The Love Program

“You never tell me you love me anymore!”

There are hundreds of retorts I could use against this comment, but the one most important to my personality is, I didn’t say it very much when I asked you to become my life partner.
As a writer, I like to think I know the importance of words, especially in relationships, but for me, overusing a word in the hopes of keeping someone in my life is like building a relationship on sex. It does not work, here’s why I think that way.
One day, long, long ago when I was a paramedic on the Minneapolis General Hospital Ambulance Service, we used to transport patients with severe mobility challenges to and from various clinic appointments both at the hospital at other government-sponsored clinics. One of my favorite runs was to pick up someone I referred to as my Keller Angel (I won’t use her real name). She was a very pretty younger teenage girl who had lost her eyesight and abilities to speak and hear due to a very abusive parent. The details of her trauma are not the critical issue, how she handled the aftermath is the real story.
Now, I was young myself at the time, just barely twenty-one and in pretty good shape. I was no supermodel hunk, but I wasn’t ugly either.
When it was my rotation to work the clinics run, I was always excited to see my Keller Angel’s name on the trip sheet. I made it a point to schedule her for the first stop coming and the last stop going home so we could communicate between stops to pick up other patients if we had any on the schedule.
Now, you may ask how we communicated, well it wasn’t easy at first, but she and the staff at the clinic taught me enough to interact with her. You see, she was a student at the Helen Keller Institute in Minneapolis and lived with a lovely family who also had a Keller child who was a graduate and in college.
We communicated through touch; simple gestures that sent messages between people. Things like a tight grasp of my hand told me she had a problem or was in pain, but a soft brush of it meant she was happy to see me. She also likes to give me pointers on my aftershave lotion or cologne by either pinching her nose or touching it with one finger and smiling.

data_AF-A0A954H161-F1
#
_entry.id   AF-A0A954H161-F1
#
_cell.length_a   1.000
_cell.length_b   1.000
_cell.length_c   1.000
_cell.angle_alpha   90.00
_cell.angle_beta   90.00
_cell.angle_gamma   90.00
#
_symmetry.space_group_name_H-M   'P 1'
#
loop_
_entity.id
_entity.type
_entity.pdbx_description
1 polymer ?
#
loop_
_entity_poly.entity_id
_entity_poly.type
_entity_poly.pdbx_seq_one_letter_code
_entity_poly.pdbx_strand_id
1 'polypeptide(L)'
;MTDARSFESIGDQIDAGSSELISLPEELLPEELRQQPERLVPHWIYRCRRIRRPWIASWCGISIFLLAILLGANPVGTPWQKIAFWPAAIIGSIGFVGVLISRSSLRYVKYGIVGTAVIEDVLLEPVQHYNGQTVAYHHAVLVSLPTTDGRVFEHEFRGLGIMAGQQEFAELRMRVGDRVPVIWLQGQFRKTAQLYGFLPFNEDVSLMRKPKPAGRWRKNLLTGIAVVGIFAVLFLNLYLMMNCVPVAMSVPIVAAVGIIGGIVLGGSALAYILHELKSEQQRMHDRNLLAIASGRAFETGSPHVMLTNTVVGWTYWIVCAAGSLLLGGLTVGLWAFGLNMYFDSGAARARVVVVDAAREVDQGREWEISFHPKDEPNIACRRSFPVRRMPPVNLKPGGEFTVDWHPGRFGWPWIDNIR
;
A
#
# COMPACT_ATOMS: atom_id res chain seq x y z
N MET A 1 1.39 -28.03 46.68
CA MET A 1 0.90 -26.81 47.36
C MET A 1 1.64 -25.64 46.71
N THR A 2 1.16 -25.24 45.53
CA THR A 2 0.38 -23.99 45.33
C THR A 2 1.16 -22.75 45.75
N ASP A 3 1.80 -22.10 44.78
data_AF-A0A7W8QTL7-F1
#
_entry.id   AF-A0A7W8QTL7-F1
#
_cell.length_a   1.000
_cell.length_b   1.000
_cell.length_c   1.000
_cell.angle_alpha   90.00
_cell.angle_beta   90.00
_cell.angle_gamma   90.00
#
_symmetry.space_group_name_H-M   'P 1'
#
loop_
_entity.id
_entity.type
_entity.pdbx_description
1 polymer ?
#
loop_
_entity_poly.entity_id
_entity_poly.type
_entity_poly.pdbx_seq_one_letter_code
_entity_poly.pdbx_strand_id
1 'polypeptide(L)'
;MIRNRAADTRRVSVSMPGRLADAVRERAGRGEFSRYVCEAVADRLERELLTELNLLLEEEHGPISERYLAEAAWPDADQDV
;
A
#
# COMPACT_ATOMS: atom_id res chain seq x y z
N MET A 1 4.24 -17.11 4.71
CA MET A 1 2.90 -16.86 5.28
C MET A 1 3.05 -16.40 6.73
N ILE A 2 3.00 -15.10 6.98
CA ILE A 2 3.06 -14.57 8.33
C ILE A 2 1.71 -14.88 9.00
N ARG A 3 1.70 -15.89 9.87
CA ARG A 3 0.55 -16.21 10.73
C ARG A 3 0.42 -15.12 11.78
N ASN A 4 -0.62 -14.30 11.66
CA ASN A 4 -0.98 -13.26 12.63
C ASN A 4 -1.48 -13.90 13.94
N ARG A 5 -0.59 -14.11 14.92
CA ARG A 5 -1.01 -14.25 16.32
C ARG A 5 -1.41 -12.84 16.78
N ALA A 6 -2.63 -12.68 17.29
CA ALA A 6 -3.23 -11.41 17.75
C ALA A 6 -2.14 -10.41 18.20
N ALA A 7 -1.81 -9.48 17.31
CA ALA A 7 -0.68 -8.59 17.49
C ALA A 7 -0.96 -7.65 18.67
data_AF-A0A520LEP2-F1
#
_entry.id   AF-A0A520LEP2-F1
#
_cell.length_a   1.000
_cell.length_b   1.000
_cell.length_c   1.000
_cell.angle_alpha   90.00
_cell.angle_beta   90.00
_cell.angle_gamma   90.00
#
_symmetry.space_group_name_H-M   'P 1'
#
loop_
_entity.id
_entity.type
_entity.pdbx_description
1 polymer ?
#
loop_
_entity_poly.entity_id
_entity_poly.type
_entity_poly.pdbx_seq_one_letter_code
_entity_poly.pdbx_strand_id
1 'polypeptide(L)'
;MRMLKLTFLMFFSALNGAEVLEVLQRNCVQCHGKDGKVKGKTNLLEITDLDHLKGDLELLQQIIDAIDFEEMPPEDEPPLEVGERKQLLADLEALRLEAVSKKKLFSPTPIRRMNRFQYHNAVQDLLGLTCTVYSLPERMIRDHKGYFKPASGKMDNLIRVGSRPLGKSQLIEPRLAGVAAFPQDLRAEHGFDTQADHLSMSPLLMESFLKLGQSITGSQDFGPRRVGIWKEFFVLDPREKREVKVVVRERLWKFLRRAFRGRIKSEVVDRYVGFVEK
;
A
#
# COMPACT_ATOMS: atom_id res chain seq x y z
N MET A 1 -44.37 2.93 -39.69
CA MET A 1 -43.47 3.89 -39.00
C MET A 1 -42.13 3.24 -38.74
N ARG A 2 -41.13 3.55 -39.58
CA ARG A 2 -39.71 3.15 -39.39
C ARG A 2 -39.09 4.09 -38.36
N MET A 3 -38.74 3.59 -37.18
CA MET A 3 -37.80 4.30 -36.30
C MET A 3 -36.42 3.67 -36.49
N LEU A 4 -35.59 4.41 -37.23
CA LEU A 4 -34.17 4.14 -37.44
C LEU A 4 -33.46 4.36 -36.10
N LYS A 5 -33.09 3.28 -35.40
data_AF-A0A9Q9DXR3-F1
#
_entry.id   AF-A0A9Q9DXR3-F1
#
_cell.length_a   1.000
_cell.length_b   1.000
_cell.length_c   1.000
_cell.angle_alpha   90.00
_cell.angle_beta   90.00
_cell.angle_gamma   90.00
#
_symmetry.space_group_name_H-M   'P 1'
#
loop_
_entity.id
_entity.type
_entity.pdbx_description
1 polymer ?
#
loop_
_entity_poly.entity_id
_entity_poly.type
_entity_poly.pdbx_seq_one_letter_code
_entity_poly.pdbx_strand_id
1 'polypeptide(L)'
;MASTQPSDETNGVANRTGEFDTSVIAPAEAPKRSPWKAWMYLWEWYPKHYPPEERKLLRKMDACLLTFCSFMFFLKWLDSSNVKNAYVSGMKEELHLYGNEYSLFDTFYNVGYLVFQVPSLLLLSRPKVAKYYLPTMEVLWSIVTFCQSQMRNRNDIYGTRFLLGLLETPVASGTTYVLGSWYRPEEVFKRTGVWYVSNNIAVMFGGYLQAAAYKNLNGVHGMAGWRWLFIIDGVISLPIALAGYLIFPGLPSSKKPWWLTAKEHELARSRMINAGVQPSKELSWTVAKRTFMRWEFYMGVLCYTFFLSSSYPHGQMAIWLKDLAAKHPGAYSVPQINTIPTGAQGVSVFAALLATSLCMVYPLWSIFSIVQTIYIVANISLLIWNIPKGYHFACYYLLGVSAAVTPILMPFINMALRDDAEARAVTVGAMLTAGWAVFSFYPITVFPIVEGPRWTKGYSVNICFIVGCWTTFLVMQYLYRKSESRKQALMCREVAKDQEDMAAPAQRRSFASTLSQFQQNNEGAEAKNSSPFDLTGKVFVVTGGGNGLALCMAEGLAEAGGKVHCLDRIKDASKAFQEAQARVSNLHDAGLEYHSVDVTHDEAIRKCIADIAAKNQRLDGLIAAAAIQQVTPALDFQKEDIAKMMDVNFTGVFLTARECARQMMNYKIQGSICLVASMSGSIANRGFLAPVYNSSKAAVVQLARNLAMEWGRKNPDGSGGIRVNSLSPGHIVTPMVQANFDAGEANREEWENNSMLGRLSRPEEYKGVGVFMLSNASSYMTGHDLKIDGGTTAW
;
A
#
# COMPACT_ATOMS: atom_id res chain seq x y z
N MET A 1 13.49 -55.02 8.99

At the Keller Institute, she was taught to spell out words on the palm of someone’s hand, but I had trouble learning that one; didn’t spend enough time with her I guess. Then that one day came, the day we dread, but life goes on; her family was moving to Arizona where her father had gotten a great job. When we brought her home that last time, her mother asked me to wait a short time because my Keller Angel had something she wanted her to say to me.
My Keller Angel said, through the interpretation provided by her mother that she had never felt so loved before. She apologized for not being able to tell it to me but wanted me to realize I had helped her learn that love, true love is not in words, but is in deeds, commitments, and promises kept.
“I will always love you because you are what love means to me.” were the last words she gave me.
I had forgotten those words until recently when I was accused of not loving someone because I didn’t say enough, or do the kinds of things this person felt I should do to demonstrate my feelings. I guess I was supposed to act in a manner appropriate to the demands of my partner, rather than being myself, the original object of affection.
That may be true, at least in that person’s eyes, but then merely echoing “I love you” over and over again does nothing more than making the words, just words sans real meaning.
There is an adage; “Actions speak louder than words.” The actions of my Keller Angel spoke of a real sense of caring for someone. Because she took the time to overcome the communications challenge and expressed herself in a very non-verbal way every time we were together.
I learned that perhaps I couldn’t, or wouldn’t say I love you all the time, but if love means being there for you; never letting you down or breaking a promise, then I am saying I do love you, you just aren’t listening.

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